GREAT WHITE! Just when you thought it was safe to go outdoors…well, it still is…but, come Sunday a familiar shade will return to the landscape as heavy snow is expected from a massive low pressure system out west and a deep jet stream pumping southern moisture up into the plains . We talk about what to expect with winter’s return and more in today’s Three Things.
(Featured Photo: Bob Mantz of Mandan pauses with a huge white crappie caught and released from shore on Nelson Lake. Simonson Photo)
DAILY CONDITIONS: WEATHER (Bismarck Forecast):
Today: Fri 3/2 – Southeasterlies. Hi 39, Lo 18, Winds SE@15, G25.
Tomorrow: Sat 3/3 – Pre-front perfection. Hi 40, Lo 25, Winds L&V.
SOLUNAR (Bismarck Times):
Sunrise: 7:18AM Sunset: 6:31PM
Moonrise: 7:32PM Moonset 7:56AM
Overhead: 1:13AMUnderfoot: 1:39PM
Moon Phase: Waning Gibbous (99% Full)
EDGE HOUR: 6:45-7:45PM. Take sunset into moonrise for a great evening bite in today’s Edge Hour.
BY ANY OTHER NAME. Crappies have perhaps the greatest number of local nicknames around the U.S. In nearly every region they have a different alias: speck (southeast), calico bass (east), sac-a-lait (Cajun Louisiana), papermouth (south), slab (north) and more. While the black crappie is the more common variety in North Dakota, select waters like the Missouri River system, Jamestown Reservoir and Nelson Lake are home to white crappies as well, with the latter having dark vertical bars on a lighter, less mottled body setting it apart.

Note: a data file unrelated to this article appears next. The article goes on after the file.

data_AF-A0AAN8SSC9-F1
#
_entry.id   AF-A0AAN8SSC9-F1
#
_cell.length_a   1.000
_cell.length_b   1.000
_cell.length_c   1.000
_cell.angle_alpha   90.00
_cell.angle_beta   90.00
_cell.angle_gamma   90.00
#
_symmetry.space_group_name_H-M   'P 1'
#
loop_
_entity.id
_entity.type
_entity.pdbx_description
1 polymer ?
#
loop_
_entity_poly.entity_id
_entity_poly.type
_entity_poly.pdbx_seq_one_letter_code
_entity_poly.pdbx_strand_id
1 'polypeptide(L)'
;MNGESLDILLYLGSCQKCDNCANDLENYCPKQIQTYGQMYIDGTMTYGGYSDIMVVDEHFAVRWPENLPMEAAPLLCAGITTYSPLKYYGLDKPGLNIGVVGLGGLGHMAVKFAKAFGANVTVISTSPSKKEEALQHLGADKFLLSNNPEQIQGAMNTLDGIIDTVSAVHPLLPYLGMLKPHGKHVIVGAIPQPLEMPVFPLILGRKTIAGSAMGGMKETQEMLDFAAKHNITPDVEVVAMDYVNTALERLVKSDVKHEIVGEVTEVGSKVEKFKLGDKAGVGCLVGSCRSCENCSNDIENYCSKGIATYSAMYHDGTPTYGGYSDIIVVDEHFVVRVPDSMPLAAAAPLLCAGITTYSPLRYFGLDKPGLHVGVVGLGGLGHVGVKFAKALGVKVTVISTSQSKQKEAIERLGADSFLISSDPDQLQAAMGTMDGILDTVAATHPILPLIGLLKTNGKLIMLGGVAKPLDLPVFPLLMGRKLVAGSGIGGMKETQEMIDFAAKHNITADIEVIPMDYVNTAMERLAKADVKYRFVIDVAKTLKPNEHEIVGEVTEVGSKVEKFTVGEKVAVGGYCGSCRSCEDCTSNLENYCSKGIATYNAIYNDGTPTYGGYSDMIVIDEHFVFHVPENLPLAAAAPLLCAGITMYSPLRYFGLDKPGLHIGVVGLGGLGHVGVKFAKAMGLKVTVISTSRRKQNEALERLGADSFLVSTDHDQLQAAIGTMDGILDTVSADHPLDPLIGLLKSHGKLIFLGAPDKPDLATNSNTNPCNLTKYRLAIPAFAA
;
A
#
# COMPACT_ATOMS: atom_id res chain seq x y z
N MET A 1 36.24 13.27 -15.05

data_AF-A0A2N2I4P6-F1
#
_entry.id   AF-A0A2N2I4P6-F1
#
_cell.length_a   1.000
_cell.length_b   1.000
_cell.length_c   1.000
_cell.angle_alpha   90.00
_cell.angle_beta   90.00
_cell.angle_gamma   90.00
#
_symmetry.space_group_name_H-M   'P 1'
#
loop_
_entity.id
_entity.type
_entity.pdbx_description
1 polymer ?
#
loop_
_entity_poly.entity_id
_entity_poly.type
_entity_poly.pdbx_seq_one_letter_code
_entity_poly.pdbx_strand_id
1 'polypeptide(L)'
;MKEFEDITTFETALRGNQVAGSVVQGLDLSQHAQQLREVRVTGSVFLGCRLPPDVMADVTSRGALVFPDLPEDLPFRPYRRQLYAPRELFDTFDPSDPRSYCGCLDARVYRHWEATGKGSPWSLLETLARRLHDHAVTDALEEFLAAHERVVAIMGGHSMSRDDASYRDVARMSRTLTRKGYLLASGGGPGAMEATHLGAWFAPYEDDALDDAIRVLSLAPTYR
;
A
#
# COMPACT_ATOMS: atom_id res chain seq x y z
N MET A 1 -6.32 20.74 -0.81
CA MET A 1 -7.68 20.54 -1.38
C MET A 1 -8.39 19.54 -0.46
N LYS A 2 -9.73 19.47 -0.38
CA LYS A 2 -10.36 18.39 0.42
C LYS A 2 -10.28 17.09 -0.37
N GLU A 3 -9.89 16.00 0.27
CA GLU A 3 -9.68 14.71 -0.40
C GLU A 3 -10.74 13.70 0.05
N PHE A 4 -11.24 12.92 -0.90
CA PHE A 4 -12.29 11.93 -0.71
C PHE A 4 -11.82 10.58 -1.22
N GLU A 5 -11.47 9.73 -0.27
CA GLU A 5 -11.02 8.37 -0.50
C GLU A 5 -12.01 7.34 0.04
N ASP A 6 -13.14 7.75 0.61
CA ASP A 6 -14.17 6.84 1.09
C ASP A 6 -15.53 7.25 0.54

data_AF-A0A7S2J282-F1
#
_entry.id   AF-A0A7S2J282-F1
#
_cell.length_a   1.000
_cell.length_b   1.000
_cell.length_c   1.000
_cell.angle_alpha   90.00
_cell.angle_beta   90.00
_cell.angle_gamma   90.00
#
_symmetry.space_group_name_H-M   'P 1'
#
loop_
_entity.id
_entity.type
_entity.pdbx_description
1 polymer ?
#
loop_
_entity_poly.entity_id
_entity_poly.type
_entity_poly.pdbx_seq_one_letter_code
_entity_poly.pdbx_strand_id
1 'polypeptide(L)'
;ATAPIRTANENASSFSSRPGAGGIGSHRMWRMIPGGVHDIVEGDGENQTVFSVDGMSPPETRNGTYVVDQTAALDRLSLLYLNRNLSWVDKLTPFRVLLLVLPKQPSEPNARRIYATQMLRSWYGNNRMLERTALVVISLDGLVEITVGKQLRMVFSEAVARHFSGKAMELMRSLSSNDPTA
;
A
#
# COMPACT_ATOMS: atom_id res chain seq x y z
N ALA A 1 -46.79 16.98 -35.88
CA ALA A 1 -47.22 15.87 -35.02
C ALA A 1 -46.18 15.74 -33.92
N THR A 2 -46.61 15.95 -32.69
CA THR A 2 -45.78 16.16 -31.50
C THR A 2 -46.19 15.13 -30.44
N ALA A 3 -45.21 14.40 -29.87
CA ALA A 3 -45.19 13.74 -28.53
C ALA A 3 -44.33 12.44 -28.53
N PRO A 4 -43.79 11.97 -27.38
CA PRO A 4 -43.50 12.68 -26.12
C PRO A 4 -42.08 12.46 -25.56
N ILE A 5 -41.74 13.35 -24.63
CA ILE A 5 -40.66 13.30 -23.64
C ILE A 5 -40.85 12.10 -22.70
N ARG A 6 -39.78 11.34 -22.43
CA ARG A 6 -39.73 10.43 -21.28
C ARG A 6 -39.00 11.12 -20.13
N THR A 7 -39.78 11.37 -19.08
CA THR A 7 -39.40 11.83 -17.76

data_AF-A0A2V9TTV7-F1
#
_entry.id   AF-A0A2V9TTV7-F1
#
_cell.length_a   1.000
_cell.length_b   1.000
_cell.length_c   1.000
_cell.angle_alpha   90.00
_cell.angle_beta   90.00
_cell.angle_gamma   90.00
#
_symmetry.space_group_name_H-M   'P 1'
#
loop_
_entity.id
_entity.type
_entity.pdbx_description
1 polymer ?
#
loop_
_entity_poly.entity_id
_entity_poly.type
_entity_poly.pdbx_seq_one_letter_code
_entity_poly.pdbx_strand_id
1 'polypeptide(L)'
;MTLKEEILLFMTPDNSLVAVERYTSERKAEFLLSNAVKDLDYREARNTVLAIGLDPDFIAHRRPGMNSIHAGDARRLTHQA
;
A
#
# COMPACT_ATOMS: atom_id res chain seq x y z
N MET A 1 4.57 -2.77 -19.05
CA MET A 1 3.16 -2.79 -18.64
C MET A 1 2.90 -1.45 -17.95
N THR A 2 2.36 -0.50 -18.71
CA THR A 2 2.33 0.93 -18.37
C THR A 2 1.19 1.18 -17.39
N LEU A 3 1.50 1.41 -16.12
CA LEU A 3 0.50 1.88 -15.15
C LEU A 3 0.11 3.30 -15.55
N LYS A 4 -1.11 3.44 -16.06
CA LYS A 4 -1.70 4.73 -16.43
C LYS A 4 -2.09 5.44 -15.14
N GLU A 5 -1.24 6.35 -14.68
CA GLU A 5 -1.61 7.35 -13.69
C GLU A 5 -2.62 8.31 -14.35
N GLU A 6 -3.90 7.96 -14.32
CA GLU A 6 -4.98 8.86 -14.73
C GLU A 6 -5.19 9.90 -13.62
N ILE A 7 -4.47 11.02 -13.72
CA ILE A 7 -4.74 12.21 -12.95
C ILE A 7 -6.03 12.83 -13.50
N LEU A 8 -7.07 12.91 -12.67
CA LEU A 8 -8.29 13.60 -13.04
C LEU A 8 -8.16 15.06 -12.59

MODEL ALIGNMENT. You remember snow, right? While models bounced around some the last couple of days, more and more they appear to be coming into alignment, moving the snow line of the Sunday-into-Tuesday weather event further west, right along the heart of North Dakota. While we’re still 72 hours out, Monday’s looking a lot like Ol’ Man Winter’s return with the worst of the predicted 5-day totals for Bismarck now sitting at 12 to 16 inches. (I’m not buying the 20 in the bright red just yet)
STILL…THINK SPRING. The NDG&F will keep your mind off the white stuff with a cast of colorful characters in this week’s webcast. Elisha Mueller talks pollinators in this week’s Outdoors Online webcast – and it’s not always the butterflies and bees that get the job done – birds, bats and even small mammals can help with the pollination process, showing how important each species is to agriculture in the U.S.